I have never literally painted myself into a corner, although last summer I nearly stained myself into one while refinishing our deck. Figuratively, on the other hand, I have painted myself into a corner more than once. When my wife Julie and I bought our first home in 1996, when I was 25, the very adult burden of mortgage payments soon made me feel painted into a financial corner in that I sensed a near future of towering stacks of bills along with cribs full of babies (which we wanted) plus their costs (which we could do without).
The upshot of this pressure cooker situation is that I wanted to keep my home and family but shrug off my job in sales that was making me feel more trapped than the mortgage, the bills and the babies in the offing. Fifteen years later, after following a circuitous route through retail sales, copywriting, screenwriting, a home-based business, at-home fathering and now teaching, I’d say I made the right career decision. Yet the fact remains that painting one’s self into a corner means creating sticky situations that must somehow be gotten out of – often by paying a steep price.
In writing, sticky situations are inevitable. Writing a novel, a process requiring thousands, maybe millions of decisions – regarding word choice, sentence structure, plot, theme, character development and so on – is too complicated to allow for anything approximating perfection. If you whittle away at a story for more than a chapter or two, you will increasingly find yourself going the wrong way down one way streets, screaming toward dead ends and paddling your canoe into throttling, swampy byways – to mix a handful of metaphors for your supercilious reading pleasure.
Most writers with any experience maintain an uneasy intimacy with these dangers. It makes us skittish, gun shy. Every time we start a story or come to a crossroads in plotting, we second guess where a story or character choice might eventually lead us.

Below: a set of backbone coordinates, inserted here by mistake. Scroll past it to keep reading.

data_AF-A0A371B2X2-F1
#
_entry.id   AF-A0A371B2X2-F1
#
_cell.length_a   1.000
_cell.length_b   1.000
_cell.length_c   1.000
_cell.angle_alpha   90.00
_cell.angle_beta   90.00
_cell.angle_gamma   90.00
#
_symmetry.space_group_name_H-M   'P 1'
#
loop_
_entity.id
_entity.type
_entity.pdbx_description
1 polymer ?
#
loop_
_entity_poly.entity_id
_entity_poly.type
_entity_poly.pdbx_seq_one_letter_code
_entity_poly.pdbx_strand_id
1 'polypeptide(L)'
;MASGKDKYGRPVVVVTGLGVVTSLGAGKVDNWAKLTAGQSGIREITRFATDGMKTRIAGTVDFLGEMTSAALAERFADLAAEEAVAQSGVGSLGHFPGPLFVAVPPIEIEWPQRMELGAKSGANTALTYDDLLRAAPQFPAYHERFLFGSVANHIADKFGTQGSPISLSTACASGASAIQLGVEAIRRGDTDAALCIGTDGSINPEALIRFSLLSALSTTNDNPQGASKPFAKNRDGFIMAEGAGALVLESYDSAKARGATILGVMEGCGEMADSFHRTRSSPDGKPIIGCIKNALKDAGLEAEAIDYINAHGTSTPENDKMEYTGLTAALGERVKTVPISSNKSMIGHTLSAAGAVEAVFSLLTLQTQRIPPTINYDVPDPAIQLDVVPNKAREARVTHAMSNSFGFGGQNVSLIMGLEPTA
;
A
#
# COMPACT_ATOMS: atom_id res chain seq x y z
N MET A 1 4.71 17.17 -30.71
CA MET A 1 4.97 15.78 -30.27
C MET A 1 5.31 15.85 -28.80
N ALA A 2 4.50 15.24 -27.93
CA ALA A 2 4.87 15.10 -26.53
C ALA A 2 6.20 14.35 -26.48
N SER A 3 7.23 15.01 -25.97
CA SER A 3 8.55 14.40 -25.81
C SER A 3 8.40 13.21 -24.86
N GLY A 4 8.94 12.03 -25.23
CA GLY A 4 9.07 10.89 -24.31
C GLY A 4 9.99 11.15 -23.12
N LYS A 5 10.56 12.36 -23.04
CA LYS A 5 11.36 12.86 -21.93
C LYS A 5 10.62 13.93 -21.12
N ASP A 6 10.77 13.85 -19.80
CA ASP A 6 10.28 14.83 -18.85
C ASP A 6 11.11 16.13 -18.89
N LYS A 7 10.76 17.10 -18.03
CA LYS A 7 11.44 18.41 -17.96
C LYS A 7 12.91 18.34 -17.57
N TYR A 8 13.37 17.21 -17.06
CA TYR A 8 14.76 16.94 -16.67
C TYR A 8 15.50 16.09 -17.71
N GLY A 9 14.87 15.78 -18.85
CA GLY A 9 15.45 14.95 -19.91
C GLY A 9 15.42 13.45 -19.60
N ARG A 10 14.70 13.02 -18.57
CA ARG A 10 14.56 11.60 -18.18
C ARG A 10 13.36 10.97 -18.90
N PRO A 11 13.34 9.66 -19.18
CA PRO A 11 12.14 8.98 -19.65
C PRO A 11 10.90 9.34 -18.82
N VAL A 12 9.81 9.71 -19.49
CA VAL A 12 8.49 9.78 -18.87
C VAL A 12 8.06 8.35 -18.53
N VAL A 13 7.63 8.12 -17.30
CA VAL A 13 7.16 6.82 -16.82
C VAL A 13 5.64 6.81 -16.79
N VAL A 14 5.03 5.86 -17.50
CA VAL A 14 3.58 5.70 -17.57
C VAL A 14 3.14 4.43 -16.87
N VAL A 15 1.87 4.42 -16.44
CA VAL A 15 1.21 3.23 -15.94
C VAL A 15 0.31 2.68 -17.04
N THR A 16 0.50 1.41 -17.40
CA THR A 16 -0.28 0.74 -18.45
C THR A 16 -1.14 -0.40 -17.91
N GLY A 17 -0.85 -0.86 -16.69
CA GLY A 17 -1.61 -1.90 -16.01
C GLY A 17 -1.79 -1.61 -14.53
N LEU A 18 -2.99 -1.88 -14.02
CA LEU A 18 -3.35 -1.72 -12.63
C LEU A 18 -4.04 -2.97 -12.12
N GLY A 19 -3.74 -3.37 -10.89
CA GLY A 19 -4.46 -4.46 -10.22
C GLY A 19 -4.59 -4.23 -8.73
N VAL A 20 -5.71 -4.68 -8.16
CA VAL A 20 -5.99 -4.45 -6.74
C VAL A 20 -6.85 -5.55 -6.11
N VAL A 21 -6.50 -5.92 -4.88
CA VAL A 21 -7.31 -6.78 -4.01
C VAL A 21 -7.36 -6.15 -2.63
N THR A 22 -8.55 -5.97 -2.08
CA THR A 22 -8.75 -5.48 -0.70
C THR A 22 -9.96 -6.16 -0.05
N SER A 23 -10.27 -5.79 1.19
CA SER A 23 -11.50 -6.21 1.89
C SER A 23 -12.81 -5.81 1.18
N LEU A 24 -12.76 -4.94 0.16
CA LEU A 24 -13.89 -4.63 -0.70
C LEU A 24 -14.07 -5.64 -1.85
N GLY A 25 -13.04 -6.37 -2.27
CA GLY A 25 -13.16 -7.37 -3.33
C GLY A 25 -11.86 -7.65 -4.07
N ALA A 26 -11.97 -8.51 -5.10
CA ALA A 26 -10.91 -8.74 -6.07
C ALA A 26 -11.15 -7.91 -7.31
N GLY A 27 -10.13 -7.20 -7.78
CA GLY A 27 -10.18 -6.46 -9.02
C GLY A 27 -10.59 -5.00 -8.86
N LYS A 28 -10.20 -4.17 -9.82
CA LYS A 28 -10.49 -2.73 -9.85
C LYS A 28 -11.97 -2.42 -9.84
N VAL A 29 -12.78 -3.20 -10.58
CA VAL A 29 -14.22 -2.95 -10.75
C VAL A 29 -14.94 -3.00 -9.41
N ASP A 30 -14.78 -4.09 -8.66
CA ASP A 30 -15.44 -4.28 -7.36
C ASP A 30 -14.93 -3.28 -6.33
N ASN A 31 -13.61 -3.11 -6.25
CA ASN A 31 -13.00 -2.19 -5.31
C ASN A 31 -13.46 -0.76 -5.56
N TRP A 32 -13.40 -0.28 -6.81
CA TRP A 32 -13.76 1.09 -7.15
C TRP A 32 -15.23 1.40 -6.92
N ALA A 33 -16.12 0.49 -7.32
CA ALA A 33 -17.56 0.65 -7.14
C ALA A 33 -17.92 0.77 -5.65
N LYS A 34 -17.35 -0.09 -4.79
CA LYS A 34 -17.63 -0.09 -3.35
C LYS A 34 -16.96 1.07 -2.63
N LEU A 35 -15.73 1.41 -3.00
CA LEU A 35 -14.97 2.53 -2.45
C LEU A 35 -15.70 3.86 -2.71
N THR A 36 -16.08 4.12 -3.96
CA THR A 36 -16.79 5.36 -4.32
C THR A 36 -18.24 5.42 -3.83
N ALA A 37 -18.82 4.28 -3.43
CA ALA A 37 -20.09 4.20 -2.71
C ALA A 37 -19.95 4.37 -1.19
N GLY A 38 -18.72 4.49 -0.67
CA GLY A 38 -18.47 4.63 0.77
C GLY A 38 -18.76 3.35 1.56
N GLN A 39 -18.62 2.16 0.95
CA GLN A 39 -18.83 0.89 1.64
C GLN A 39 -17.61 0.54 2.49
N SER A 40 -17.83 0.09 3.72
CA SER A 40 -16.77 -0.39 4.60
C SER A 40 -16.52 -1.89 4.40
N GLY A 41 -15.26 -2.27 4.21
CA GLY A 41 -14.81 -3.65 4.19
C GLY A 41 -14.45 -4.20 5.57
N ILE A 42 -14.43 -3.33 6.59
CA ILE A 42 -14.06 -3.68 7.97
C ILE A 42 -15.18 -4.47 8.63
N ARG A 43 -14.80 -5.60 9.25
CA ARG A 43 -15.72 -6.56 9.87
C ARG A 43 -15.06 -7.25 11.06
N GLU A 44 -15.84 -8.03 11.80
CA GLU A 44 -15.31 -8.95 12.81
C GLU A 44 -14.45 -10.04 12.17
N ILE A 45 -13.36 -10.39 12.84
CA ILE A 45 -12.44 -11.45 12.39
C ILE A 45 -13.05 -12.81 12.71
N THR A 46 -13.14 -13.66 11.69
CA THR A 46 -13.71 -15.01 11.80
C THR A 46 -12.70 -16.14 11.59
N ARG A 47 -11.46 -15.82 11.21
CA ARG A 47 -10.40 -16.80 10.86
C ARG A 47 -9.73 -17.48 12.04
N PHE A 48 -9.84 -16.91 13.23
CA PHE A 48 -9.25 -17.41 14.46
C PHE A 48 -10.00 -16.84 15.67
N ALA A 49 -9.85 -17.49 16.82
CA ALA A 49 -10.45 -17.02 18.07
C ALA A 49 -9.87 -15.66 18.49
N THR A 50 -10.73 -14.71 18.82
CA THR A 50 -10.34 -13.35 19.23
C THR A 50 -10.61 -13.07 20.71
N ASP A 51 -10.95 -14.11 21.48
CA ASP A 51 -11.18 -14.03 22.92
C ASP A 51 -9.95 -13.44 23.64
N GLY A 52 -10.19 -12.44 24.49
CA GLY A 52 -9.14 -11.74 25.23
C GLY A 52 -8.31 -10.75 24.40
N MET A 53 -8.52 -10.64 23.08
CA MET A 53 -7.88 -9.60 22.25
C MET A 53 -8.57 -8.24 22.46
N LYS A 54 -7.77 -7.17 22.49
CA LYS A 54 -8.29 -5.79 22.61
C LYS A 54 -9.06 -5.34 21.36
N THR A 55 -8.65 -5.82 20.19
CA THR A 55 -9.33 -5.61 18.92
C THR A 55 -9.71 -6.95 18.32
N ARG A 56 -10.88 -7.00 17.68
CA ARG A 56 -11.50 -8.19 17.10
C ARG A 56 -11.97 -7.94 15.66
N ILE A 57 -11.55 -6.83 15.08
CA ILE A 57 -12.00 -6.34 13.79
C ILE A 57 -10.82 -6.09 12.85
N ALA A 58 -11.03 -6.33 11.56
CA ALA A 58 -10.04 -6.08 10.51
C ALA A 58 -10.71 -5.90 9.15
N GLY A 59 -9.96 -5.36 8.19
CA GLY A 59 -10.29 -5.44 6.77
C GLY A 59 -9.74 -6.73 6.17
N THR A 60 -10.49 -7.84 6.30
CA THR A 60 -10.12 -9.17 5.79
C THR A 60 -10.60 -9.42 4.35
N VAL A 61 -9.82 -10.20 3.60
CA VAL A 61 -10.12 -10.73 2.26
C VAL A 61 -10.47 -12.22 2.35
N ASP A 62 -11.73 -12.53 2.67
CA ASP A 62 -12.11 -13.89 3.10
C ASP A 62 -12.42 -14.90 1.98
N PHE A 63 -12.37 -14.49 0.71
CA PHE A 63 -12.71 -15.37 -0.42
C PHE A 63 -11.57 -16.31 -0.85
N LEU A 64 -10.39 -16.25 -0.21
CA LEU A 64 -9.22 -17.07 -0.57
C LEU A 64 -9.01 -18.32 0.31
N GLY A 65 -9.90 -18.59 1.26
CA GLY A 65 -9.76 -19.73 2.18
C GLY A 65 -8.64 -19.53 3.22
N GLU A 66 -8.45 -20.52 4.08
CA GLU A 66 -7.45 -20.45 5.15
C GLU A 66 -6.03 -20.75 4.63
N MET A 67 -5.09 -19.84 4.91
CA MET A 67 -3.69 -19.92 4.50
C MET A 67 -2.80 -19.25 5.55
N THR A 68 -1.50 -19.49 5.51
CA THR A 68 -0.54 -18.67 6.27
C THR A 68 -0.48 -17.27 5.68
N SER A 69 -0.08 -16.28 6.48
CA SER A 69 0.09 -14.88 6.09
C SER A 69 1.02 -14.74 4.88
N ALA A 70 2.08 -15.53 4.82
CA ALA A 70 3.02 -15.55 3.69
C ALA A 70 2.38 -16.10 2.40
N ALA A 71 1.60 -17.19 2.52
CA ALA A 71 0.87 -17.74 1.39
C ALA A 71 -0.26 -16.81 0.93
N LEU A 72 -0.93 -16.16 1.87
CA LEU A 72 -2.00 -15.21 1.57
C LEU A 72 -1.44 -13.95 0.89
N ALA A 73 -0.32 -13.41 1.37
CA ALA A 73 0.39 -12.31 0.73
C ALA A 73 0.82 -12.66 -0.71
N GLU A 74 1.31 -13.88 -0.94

Please, ye gods of story, have mercy on me! Save me from painting myself into a story corner!
Our knowledge and experience can get the better of us. What should take fifteen minutes to write takes a weekend instead, because of second guessing. Sometimes you have to just go for it. And that is what I am attempting to psyche myself up for with this blog post. You see, I need to get moving with my new YA comic novel idea, Fail Freaks. But my notes and my mental notes lack a number of crucial story elements such as an overarching goal for my protagonist, named Frank, and an antagonist to oppose him.
Last night, frustrated with my poor progress in these areas, I posted the following on Facebook:
“I’m trying to figure out exactly what kind of Young Adult novel I want to write. I’ve got the title (Fail Freaks) and a rough notion of where I want to go. Please help me by suggesting any and all ideas to fill in the blank in this log line:
A fourteen-year-old boy named Frank becomes an online celebrity after he posts a failed prom proposal that goes viral. Once a slew of copycat “prom fail videos” from around the country turn Epic Failing into an internet meme, the boy rallies a handful of new virtual friends and _____________________.
(For reference, I originally thought of the following to fill in the blank: “forms a Fail Consulting business known as Fail Freaks.” But this doesn’t seem right. Which is why I’m asking for help!)”
I got a couple of interesting responses:
My friend Tom Dalesandro said:
“And forms Fail Freaks, an online support group to help others succeed. Your main character uses his new fame to help others with whatever help they need in getting success. Dating, jobs, etc …… How to get ahead with Fail Freaks.”
And my friend Susan Lonnett said:
“The girl who turned him down for prom suddenly reconsiders (now that he is YouTube famous) and tries to win his attention back with an elaborate flash mob which fails, and he is vindicated!”
Excellent ideas, and I might just use them or some portion of them. Still, I’m undecided. Wisdom suggests that I settle these matters before hacking away at the jungle of pages that awaits me. “An error in the beginning is an error indeed,” sayeth Aquinas.
But there comes a time when you’d be wise to notice that your thinking and planning are taking too long. You need to start writing. You can tie up the loose ends later. Maybe you will paint yourself into a corner. Maybe you’ll get paint on your shoes, very sticky. Oh, well. It’s not in fact the end of the world.
So tonight that’s what I’m gonna do. Start writing.
Look out Chapter One, I’ve got my brush and my roller and my virtual pen and I’m comin’ for ya – ready or not!
(Photo by: Joan Charlotte Matelli)
Writer, reader, runner, teacher, father, infp, huffleclaw.